Snacking & Healthier Vending Options

Healthy Snacks Handout

Tips for healthier snacking at work:

  • Keep healthy snacks on hand. The best way to ensure you eat healthy snacks during the day is to have them readily available. Pack transportable snacks like chopped vegetables with hummus, nuts, whole grain crackers, yogurt, or a piece of fruit the night before and keep them nearby so you have easy access to healthy choices when you get hungry.

  • Take snack breaks. Designate a break for having a snack instead of eating while working at your desk. Eating while trying to multitask often leads to "mindless" overeating as you are too busy to acknowledge when you have had enough and are satisfied. Additionally, grazing throughout the day can add extra unwanted calories as it's difficult to keep track of how much you've eaten.

  • Keep portions in check. Snacks are helpful for keeping energy up between meals but they should not be meals themselves. Try to keep snacks between 200-300 calories and utlize measuring cups to ensure you are getting an accurate portion.

Eat Well Berkeley Snack Vending

Campus snack vending machines, managed by ASUC and RSSP, stock 50% snack product meeting the California nutrition standard for healthier snacks.

Ideas from Colleagues

"I try to make it a point to bring lunch from home. I attempt to have at least one vegetable in my meal (i.e. steamed greens) and one fruit (i.e. orange, apple). To avoid making lunch the morning of work, I pack my lunch the night before. If I am cooking a large healthy meal, I'll try to portion it out for lunch for the next several work days." - M.V.P. SLA&EBO

"(I) keep nuts in desk drawer for those afternoon hunger pangs (and) a refillable bottle at my desk for water throughout the day." - M.M. IST

"To save money, I try not to eat out during the week. On the nights I cook, I like to make two meals at once. I'll choose one recipe that is not labor intensive, like soup or a one-pot meal, that I can put in the oven or simmer on the stove while I prep and cook another recipe. Then I have dinner and plenty of leftovers for the rest of the week. Having several meals ready in advance also keeps me from snacking right before a meal." - C.F. Financial Aid & Scholarships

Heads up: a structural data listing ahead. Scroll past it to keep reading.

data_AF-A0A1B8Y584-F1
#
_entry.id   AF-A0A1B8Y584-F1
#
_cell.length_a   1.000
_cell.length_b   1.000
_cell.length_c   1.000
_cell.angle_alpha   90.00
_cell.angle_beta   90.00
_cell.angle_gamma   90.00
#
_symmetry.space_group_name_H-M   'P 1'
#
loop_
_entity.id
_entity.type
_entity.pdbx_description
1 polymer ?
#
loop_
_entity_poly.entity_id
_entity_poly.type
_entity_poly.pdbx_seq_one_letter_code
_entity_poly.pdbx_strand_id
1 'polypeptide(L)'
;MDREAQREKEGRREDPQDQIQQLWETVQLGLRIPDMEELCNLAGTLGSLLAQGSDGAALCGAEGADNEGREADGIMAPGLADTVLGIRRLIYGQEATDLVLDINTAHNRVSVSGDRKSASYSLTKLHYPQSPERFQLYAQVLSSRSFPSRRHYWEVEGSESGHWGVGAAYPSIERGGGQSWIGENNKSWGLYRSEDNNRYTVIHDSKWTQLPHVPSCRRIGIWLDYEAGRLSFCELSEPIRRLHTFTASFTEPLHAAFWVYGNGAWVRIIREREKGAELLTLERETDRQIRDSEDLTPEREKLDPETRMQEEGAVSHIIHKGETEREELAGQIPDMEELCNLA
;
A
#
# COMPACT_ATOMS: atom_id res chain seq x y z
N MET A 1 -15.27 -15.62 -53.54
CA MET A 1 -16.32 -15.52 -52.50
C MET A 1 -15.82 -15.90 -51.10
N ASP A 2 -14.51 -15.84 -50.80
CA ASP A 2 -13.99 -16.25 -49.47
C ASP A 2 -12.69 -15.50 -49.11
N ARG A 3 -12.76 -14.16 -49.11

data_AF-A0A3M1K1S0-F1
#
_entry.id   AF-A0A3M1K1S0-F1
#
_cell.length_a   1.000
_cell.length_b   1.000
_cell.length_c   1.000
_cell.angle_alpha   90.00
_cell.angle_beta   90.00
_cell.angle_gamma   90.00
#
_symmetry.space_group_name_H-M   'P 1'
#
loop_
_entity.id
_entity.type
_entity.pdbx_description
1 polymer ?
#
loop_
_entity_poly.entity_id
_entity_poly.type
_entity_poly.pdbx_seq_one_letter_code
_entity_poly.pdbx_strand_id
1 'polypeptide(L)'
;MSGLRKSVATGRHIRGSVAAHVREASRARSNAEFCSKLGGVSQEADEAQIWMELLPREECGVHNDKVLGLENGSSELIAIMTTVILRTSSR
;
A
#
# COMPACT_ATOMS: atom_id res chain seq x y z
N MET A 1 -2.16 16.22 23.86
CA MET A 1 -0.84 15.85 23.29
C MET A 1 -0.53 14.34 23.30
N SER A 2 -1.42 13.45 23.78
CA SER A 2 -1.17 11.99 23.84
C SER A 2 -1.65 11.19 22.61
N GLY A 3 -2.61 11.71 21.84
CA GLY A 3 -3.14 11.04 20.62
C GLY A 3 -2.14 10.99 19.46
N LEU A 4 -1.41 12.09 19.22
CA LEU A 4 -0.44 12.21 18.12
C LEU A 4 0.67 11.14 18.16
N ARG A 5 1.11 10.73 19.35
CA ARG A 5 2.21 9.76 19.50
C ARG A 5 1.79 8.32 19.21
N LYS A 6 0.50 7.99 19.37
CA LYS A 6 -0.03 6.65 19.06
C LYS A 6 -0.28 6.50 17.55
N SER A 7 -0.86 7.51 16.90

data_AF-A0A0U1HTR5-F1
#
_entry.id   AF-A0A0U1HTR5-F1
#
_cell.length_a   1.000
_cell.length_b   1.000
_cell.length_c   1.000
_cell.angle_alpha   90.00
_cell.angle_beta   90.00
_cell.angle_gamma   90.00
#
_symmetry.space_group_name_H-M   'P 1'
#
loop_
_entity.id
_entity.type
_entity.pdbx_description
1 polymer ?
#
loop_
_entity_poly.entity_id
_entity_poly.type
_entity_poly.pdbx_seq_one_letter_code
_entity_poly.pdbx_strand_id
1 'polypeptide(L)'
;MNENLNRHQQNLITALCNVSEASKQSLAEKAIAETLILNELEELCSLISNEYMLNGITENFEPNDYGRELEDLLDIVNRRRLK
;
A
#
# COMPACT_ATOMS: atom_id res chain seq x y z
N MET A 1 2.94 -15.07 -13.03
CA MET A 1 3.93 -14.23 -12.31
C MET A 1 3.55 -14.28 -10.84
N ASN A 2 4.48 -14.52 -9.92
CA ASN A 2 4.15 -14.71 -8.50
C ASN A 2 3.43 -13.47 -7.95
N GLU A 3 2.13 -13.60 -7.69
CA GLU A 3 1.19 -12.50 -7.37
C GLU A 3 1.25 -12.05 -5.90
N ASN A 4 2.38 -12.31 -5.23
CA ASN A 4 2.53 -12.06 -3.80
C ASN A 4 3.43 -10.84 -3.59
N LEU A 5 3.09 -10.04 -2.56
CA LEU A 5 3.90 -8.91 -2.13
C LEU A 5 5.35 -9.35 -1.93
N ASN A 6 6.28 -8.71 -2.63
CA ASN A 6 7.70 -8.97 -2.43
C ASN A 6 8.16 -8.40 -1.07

"I have a 'treat basket', where instead of candy, I keep bags on nuts, dried fruit, light microwavable popcorn, a sometimes cuties (but they go fast)! This helps encourage those around me to also eat healthy, which keeps me less tempted to cheat." - K.M. Student Affairs Information Technologies

"I cook my own lunch at (my) work site every day with fresh food." - M.R. Housing & Dining

"I take full advantage of the salad bar in Crossroads Dining Commons...I bring my own low-fat dressing and have a piece of fruit for 'dessert' or save the fruit for later in the afternoon when I need a break and a snack." - C.T. RSSP

"For lunch, I bring a salad (broccoli, tomatoes, lettuces, etc) or home made vegetables dish...I walk for at least half an hour during my lunch break." - R.M. EH&S

"I always bring a piece of fruit or granola bar to any meeting I go too, just in case they serve pastries! Good way to avoid the temptation!" - B.R. IST

"The 1 day a week I allow myself to eat out, I eat half the lunch (saving) the other half for another meal. Food portions at outside eateries are usually large enough to feed two." - H.L. Capital Projects

"Planning is key. I have a big bag of quick cook oatmeal in my drawer at work to which I have added dried fruit and nuts...Each week, I make up a big batch of my favorite vinaigrette (and) I chop up a mixture of green and red cabbage and put it in a large Ziploc bag. Each morning before work, I put some of the dressing in the bottom of a plastic container, put in about 3 cups of cabbage mix, then add what I have on hand: carrots, red pepper, diced tomatoes, etc." - S.C. Financial Aid & Scholarships